Slow of heart to believe. Not quick to perceive. Dull of learning. They had suffered their previous opinions and prejudices to prevent their seeing the evidence that he must die and rise from the dead.

All that the prophets have spoken. Respecting the character and sufferings of the Messiah. See Barnes "Lu 24:27".

{r} "O, fools" He 5:11,12

THE GOSPEL ACCORDING TO LUKE - Chapter 24 - Verse 26

Verse 26. Ought not Christ, &c. Ought not the Messiah. Was there not evidence that he would do it? and was it not indispensable that he should, in order to fulfil the prophecies? The necessity of his suffering these things referred to here was that it was foretold that he would. The reason why it was predicted, and why it was necessary that it should occur, was that it was proper that God should manifest his justice, and do honour to his law, and secure the due regard for his government, while he pardoned the guilty.

{s} Lu 24:46; Ac 17:3; He 9:22,23

THE GOSPEL ACCORDING TO LUKE - Chapter 24 - Verse 27

Verse 27. Beginning at Moses. At the writings of Moses, or at the beginning of the Old Testament; or rather the word beginning should be separated from what follows, denoting simply that he commenced his discourse, and not that he began at the prophets as well as at Moses; thus, "And commencing his discourse, or replying to them, he expounded from Moses and the prophets," &c.

All the prophets. The books of the Old Testament generally.

He expounded. He explained or interpreted it to them. Probably he showed them that their notions of the Messiah were not according to the Scriptures. They expected a temporal prince; they were perplexed because Jesus had not assumed the regal power, but had been put to death. He showed them that according to the prophecies he ought to suffer, and that his death, therefore, was no argument that he was not the Messiah.

In all the scriptures. In all the writings of the Old Testament. They were called scriptures because they were written, the art of printing being then unknown.

The things concerning himself. Concerning the Messiah. It does not appear that he applied them to himself, but left them, probably, to make the application. He showed what the Scriptures foretold, and they saw that these things applied to Jesus of Nazareth, and began to be satisfied that he was the Messiah. The most striking passages foretelling the character and sufferings of Christ are the following, which we may suppose it possible our Saviour dwelt upon to convince them that, though he was crucified, yet he was the Christ: Ge 3:15; De 18:15; Ge 49:10; Nu 21:8-9; Is 53:1-12; Da 9:25-27; Is 9:6,7; Ps 110:1-7; Ps 16:1-11; Ps 22:1-31; Mal 4:2-6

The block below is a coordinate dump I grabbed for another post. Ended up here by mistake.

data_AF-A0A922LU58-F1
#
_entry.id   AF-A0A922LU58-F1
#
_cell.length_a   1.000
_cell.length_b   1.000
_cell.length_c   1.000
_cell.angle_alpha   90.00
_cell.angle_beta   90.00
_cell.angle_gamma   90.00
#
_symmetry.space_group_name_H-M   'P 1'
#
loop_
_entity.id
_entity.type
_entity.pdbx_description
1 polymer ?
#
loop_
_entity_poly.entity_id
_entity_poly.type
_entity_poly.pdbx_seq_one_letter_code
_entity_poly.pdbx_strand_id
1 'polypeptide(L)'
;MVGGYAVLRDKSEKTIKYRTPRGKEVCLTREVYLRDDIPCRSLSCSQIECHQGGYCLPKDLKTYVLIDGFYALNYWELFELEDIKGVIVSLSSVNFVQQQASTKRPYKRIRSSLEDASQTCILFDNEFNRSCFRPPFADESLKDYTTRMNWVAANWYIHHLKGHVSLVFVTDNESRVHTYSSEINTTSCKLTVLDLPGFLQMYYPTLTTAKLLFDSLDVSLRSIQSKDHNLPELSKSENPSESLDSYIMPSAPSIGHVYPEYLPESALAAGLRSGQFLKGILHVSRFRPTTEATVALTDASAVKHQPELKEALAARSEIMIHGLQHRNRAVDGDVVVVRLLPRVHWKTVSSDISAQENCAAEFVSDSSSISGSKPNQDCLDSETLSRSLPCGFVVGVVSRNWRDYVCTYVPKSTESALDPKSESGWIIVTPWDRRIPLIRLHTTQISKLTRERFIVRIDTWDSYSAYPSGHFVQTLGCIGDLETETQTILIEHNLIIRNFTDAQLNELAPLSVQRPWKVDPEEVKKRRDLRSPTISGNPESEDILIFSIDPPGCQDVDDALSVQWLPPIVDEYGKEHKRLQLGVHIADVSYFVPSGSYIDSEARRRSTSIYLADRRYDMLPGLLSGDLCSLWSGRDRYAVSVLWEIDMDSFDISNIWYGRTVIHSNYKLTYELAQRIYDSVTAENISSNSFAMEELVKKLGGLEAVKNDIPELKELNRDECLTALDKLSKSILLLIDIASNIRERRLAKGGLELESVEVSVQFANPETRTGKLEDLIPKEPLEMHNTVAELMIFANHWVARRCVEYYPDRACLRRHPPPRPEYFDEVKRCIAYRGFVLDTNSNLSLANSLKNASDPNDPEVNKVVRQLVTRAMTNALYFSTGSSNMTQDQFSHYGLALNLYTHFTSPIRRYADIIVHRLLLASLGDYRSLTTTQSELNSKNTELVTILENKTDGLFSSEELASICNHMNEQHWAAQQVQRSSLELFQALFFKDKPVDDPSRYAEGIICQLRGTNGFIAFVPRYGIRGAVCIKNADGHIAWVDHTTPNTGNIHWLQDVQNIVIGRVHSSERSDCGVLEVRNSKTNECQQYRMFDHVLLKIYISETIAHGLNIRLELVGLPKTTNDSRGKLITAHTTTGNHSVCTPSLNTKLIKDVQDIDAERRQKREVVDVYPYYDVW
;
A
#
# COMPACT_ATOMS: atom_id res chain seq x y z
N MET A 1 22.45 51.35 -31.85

{u} "Moses" Lu 24:44; Ac 3:22

{v} "the prophets" Ac 10:43; 26:22

THE GOSPEL ACCORDING TO LUKE - Chapter 24 - Verse 28

Verse 28. He made as though he would have gone further. He did not say he would go farther, but he kept on as if it was not his intention to stop, and doubtless he would have gone on if they had not constrained him to tarry.

{w} "and he made as though" Ge 32:26; Mr 6:48

THE GOSPEL ACCORDING TO LUKE - Chapter 24 - Verse 29

Verse 29. Constrained him. They urged him, or pressingly invited him. They did not yet perceive that it was Jesus, but they had been charmed and delighted with his discourse, and they wished to hear him farther. Christians are delighted with communion with the Saviour. They seek it as the chief object of their desire, and they find their chief pleasure in fellowship with him. The two disciples felt it a privilege to entertain the stranger, as they supposed, who had so charmed them with his discourse; and so those to whom the gospel is preached, and who love it, feel it a privilege, and not a burden, to show kindness to those who bear to them the message of salvation.

Abide with us. Remain with us, or pass the night in our house.

THE GOSPEL ACCORDING TO LUKE - Chapter 24 - Verse 30

Verse 30. Sat at meat. Reclined at the table, or while he was at supper.

He took bread and blessed it, &c. This was the office of the master of a feast, and perhaps this first attracted particularly their attention. Though he was in their house, yet he acted as master of the feast, as he used to do with them before his death. Perhaps, also, as he gave them the bread, they observed the prints in his hands, and they knew that it was Jesus. This was not a sacramental, but a common supper; yet our Saviour sought a blessing on the food, and thus set an example to all his followers to acknowledge God in their daily gifts, and to seek his benediction in all their enjoyments.

{2} "vanished" or, "ceased to be seen of them"

THE GOSPEL ACCORDING TO LUKE - Chapter 24 - Verse 31

Verse 31. Their eyes were opened. The obscurity was removed. They saw him to be the Messiah. Their doubts were gone, and they saw clearly that he was risen, and was truly, as they had long hoped, the Saviour of men. It is not meant that they were before blind, but that they did not know till then who he was.

He vanished out of their sight. He suddenly departed. It does not appear that there was anything miraculous in this, but, during their surprise, he took the opportunity suddenly to withdraw from them.